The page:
Amazon launches Astro, a home security and assistance robot

29 Sep 2021

Image: Amazon

The robot was launched at the company’s autumn hardware event and will go on sale in the US later this year, by invitation.

Amazon has announced the launch of Astro, a robot that integrates with its Alexa personal assistant and provides a number of home assistant functions.

The product was revealed at the company’s autumn hardware showcase yesterday (28 September).

The robot’s flagship features are in the area of security and family care. It can allow a user to navigate their home remotely to check in on something specific, or patrol the house for unexpected persons or sounds of alarms. It also integrates with services from Ring, Amazon’s smart home security subsidiary.

The Astro can be used to interact remotely with people, via video calling and the ‘drop in’ feature already offered on Alexa devices. Alongside this, Amazon has also launched Alexa Together, an elder care subscription service that works across all its devices.

As well as a screen, cameras and the ability to move around homes autonomously, the Astro also features a periscope camera to allow it to see on top of surfaces or shelves.

When customers are at home, the robot can “follow you from room to room while playing your favourite shows, podcasts, or music”, Amazon said, as well as being used for existing Alexa features such as video or voice calling, and reminders.


The company was keen to emphasise that during development of the Astro, “safety features and strong privacy controls needed to be foundational to the device”.

Amazon said the robot’s sensors allow it to avoid obstacles, people and pets, and that users can set zones of their home as out of bounds for the Astro. The robot will then avoid going into these areas, and immediately leave them if picked up and placed there.

In terms of data privacy, the company said Astro does “a lot of the data processing on the device” rather than remotely, and that it features a button to turn off microphones and cameras. Amazon also said that an indicator light on the periscope camera lets users know when video or audio is being sent to the company’s servers.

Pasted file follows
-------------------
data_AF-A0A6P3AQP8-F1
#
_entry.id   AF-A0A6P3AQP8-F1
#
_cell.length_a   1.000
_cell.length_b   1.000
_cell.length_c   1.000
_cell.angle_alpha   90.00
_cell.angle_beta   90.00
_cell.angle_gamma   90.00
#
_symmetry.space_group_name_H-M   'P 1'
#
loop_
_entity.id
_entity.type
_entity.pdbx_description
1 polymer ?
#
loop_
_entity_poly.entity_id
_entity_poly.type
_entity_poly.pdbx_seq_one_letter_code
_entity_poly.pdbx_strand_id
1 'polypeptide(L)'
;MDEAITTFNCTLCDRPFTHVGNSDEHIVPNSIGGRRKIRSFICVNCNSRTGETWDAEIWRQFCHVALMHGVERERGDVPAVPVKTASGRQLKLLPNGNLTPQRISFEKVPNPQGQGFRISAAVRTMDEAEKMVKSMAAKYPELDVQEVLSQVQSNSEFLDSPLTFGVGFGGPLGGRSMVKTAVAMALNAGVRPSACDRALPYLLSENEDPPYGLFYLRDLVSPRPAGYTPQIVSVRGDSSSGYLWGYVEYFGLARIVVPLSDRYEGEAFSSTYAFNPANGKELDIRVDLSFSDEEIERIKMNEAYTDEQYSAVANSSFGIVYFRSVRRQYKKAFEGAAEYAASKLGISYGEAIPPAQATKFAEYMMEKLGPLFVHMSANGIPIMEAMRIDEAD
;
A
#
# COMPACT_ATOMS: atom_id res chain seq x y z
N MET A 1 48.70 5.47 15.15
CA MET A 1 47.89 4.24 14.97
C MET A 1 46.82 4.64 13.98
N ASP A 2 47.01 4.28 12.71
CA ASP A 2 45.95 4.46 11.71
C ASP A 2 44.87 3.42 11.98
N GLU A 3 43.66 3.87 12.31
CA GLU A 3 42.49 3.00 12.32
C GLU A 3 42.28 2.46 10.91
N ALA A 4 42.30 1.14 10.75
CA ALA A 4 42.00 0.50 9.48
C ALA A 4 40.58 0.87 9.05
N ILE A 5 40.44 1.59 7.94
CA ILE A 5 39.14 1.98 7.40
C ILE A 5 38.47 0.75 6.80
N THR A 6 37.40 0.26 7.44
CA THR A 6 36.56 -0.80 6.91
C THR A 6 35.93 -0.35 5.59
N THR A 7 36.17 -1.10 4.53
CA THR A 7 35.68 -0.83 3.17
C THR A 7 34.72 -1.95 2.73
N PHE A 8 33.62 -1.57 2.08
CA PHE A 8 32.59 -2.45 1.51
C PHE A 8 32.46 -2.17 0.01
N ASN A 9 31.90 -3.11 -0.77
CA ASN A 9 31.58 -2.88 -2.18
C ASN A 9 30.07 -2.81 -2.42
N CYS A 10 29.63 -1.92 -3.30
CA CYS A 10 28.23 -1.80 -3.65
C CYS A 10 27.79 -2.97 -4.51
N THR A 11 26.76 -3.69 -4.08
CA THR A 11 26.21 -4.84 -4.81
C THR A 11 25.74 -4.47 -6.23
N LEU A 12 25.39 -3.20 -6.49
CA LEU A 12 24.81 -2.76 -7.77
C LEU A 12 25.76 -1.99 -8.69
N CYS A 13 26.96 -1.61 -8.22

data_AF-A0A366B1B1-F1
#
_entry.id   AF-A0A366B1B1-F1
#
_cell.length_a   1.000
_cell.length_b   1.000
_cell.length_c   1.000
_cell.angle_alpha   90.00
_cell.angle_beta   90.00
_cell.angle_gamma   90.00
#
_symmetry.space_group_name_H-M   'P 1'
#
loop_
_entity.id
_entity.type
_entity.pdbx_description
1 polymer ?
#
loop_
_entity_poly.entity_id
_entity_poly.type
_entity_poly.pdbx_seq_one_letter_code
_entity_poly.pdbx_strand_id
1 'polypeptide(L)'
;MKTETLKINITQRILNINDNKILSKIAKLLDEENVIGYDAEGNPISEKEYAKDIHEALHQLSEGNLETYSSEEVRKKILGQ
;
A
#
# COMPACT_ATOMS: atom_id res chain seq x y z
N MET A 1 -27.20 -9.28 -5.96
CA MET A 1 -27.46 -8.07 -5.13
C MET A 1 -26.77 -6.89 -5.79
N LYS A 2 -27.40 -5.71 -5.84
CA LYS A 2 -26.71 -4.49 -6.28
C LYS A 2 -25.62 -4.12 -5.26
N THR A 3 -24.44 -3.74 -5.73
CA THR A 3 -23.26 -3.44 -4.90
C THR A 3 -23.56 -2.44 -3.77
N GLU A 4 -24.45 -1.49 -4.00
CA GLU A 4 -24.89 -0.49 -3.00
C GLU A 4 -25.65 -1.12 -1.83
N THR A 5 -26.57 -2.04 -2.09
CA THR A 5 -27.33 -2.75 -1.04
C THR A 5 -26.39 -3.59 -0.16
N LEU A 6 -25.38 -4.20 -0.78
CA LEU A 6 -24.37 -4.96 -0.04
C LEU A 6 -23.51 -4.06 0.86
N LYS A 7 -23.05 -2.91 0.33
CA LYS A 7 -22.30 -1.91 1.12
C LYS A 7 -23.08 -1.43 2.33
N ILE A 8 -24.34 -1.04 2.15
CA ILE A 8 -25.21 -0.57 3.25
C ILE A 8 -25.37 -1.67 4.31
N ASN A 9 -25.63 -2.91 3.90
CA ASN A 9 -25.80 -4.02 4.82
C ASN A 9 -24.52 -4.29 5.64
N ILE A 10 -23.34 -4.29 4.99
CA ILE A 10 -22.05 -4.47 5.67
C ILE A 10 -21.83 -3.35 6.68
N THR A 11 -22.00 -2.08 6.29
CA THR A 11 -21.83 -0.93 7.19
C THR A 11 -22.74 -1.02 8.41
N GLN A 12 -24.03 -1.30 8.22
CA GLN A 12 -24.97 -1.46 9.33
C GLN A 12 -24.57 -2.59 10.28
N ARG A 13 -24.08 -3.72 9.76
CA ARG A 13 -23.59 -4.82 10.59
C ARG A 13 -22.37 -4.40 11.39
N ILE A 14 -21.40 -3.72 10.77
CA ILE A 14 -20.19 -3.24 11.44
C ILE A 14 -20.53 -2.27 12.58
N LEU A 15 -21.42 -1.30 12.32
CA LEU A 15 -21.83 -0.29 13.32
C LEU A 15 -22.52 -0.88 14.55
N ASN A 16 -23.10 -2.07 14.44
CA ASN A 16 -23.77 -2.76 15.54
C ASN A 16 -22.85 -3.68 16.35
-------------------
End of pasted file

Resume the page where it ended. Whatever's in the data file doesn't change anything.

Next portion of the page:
However, Vice’s Motherboard reported leaked internal documents from Amazon that show developers expressing doubts about the safety of the Astro and shed light on how it provides its security features.

One person at the company reportedly described the robot as “terrible” and said it “will almost certainly throw itself down a flight of stairs if presented the opportunity”.

The same individual, who is said to have worked on the Astro project, went on to say: “The person detection is unreliable at best, making the in-home security proposition laughable. The device feels fragile for something with an absurd cost. The mast has broken on several devices.”

In order to be able to detect unexpected people and events, the Astro requires users to register members of their household and learns about their typical behaviour, according to Vice.

In response to the report, Amazon told the Verge that the characterisations of Astro’s performance, mast and safety systems were “simply inaccurate” and that the robot went through “rigorous testing” for quality and safety.

The Astro will go on sale in the US later in 2021, costing $1,450 and initially available on an invitation-only basis.

Engadget notes that with the release of the Astro and its integration into Ring services, Amazon is showing an increasing focus on the home security market.

The company has come under fire repeatedly for its attitude towards privacy. In August, it was revealed that Amazon was the target of the largest fine under GDPR to date, at €746m.

Jack Kennedy is a freelance journalist based in Dublin